Shopping Bags

Sacramento – Sacramento County will become the 149th jurisdiction in the state to implement a plastic bag ban on July 1. This is the same day that was supposed to be the start date of the statewide plastic bag ban, a ban that has been delayed by out-of-state plastic bag manufacturers, and will now be in the hands of California voters in November.

With Sacramento County’s implementation, more than 45 percent of the state’s population is now covered by a plastic bag ban. If, in the November election, voters uphold Senate Bill 270, the state law signed by Gov. Jerry Brown in 2014, a statewide ban will go into effect immediately.

The referendum, which is being challenged by out-of-state plastic bag manufacturers, will be the last item on the statewide ballot. A YES vote will uphold the law banning single-use plastic bags.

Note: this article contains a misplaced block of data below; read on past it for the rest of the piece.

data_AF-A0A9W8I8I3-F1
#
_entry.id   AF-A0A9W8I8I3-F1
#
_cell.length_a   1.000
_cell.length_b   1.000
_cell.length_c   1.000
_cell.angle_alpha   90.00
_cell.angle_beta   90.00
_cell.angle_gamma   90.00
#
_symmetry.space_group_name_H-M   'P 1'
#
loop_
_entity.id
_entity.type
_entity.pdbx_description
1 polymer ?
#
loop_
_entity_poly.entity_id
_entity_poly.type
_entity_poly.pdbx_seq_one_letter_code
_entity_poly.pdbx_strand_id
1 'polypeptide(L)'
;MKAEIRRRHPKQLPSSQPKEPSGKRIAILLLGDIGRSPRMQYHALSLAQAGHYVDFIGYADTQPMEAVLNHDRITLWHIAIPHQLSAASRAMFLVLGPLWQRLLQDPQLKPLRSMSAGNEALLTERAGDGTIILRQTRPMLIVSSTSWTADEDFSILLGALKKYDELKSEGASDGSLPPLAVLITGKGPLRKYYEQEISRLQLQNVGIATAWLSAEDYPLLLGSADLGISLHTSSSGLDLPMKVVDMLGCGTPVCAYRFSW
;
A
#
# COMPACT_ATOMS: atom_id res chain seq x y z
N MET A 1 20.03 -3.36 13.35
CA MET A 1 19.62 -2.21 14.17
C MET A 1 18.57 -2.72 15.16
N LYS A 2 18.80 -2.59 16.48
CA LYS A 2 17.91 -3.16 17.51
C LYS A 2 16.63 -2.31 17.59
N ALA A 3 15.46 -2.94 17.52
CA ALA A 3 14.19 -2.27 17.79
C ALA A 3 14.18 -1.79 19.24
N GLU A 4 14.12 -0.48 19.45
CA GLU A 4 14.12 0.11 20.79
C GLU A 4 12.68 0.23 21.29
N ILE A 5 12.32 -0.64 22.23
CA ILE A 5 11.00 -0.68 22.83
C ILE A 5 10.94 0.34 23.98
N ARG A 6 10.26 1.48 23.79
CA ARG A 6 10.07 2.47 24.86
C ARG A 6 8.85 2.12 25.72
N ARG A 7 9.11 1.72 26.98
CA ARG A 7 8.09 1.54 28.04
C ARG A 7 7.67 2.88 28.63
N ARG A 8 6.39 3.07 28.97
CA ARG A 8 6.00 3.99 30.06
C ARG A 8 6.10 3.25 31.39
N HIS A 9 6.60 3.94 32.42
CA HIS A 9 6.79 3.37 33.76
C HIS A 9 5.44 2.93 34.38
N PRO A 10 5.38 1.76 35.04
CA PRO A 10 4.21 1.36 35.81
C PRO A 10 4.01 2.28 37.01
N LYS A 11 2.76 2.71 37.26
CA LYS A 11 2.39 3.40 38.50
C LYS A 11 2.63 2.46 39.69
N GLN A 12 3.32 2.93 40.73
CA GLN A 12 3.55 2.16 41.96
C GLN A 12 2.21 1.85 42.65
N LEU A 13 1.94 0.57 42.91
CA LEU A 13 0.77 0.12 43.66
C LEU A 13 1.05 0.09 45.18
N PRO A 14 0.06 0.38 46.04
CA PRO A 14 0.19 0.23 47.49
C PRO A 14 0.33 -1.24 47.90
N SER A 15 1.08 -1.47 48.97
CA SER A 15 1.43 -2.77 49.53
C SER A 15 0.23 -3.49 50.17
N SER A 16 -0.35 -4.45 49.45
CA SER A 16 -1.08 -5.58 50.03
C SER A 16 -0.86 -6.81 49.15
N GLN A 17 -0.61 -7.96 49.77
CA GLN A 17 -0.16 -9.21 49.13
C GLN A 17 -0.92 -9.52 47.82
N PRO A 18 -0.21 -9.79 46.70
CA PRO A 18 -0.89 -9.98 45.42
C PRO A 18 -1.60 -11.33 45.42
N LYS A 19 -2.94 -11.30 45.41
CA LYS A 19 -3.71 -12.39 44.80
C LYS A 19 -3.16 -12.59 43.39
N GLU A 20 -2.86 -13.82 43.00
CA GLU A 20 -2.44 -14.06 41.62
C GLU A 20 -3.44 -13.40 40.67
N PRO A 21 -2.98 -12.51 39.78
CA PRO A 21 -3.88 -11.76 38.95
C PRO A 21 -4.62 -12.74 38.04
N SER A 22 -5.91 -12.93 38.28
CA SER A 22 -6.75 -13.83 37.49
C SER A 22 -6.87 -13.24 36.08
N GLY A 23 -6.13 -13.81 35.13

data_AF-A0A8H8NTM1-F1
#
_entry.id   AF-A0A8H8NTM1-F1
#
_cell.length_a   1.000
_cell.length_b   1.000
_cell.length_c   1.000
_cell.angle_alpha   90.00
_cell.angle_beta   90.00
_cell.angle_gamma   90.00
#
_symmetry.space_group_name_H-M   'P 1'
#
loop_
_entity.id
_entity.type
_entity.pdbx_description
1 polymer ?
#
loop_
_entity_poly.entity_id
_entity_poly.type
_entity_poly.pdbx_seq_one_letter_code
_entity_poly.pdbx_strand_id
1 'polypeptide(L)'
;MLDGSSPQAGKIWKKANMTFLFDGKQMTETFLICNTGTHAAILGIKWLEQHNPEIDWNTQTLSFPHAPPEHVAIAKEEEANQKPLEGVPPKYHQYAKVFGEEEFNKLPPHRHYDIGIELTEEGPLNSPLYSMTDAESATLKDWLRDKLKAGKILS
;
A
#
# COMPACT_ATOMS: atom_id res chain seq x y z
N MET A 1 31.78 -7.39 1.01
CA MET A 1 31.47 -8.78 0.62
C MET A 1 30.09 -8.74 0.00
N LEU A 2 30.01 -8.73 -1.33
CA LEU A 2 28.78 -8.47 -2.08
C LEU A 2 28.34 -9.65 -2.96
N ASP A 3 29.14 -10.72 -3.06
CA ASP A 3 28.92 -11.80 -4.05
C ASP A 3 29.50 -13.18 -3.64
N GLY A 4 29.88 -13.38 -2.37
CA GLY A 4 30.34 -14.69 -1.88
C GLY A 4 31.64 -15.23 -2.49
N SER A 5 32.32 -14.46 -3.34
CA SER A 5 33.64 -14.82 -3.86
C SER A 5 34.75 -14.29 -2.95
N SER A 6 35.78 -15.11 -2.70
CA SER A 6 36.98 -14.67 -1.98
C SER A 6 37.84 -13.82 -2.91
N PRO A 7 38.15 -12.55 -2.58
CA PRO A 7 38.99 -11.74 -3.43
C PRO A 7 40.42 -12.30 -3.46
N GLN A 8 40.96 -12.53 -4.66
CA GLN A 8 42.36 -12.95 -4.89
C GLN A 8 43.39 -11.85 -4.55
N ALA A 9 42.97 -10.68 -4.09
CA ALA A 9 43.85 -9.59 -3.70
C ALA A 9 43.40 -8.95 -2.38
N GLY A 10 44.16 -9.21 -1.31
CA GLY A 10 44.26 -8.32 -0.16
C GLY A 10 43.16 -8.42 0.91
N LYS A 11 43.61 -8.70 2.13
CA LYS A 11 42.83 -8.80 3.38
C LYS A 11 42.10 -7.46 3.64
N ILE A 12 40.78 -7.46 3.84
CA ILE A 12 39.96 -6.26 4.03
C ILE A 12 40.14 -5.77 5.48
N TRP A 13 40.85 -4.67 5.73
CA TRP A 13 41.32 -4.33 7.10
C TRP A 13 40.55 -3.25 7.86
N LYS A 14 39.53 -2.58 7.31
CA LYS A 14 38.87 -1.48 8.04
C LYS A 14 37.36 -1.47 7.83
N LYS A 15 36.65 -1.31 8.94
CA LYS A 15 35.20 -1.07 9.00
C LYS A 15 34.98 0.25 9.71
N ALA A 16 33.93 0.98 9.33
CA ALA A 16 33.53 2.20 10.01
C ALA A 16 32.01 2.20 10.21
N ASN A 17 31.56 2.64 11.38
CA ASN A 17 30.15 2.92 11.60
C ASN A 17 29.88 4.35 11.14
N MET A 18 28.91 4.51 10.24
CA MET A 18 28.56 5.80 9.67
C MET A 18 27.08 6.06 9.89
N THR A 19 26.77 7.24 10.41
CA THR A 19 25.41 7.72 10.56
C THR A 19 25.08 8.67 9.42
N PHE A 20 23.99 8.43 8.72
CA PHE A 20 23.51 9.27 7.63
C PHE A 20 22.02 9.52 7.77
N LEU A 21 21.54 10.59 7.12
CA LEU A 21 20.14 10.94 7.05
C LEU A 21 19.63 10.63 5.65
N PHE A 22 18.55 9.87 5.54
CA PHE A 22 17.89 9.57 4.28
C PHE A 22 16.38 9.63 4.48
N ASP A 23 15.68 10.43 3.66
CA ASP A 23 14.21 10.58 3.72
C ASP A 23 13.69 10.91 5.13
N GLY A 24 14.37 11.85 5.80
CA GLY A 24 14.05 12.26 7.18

“Plastic bags kill marine wildlife, clutter our landscapes, destroy recycling equipment, and cost taxpayers hundreds of millions in cleanup costs,” said Jenesse Miller of California League of Conservation Voters. “Californians won’t be fooled by the deceptive campaign the plastic bag corporations are waging in an attempt to protect their profits.”

Four plastic bag corporations are leading an effort to overturn the law, with 99 percent of their nearly $6 million in contributions coming from out of state. South Carolina-based Hilex Poly leads the effort with $2,777,269 in contributions. Formosa Plastics, whose parent company is based in Taiwan, is second with $1,148,442. Two Texas companies, Superbag ($945,719) and Advanced Polybag ($939,333) are also leading contributors.

“More than 12 billion plastic bags are thrown into the trash every year in California,” notes Mark Murray of Californians Against Waste. “We are confident that voters will stand up to the out-of-state plastic bag corporations that are trying to hijack a law widely favored by California citizens, passed by the Legislature, and signed by the Governor.”

Independent polling shows the plastic bag ban is supported by a nearly 2 to 1 margin among the state’s registered voters.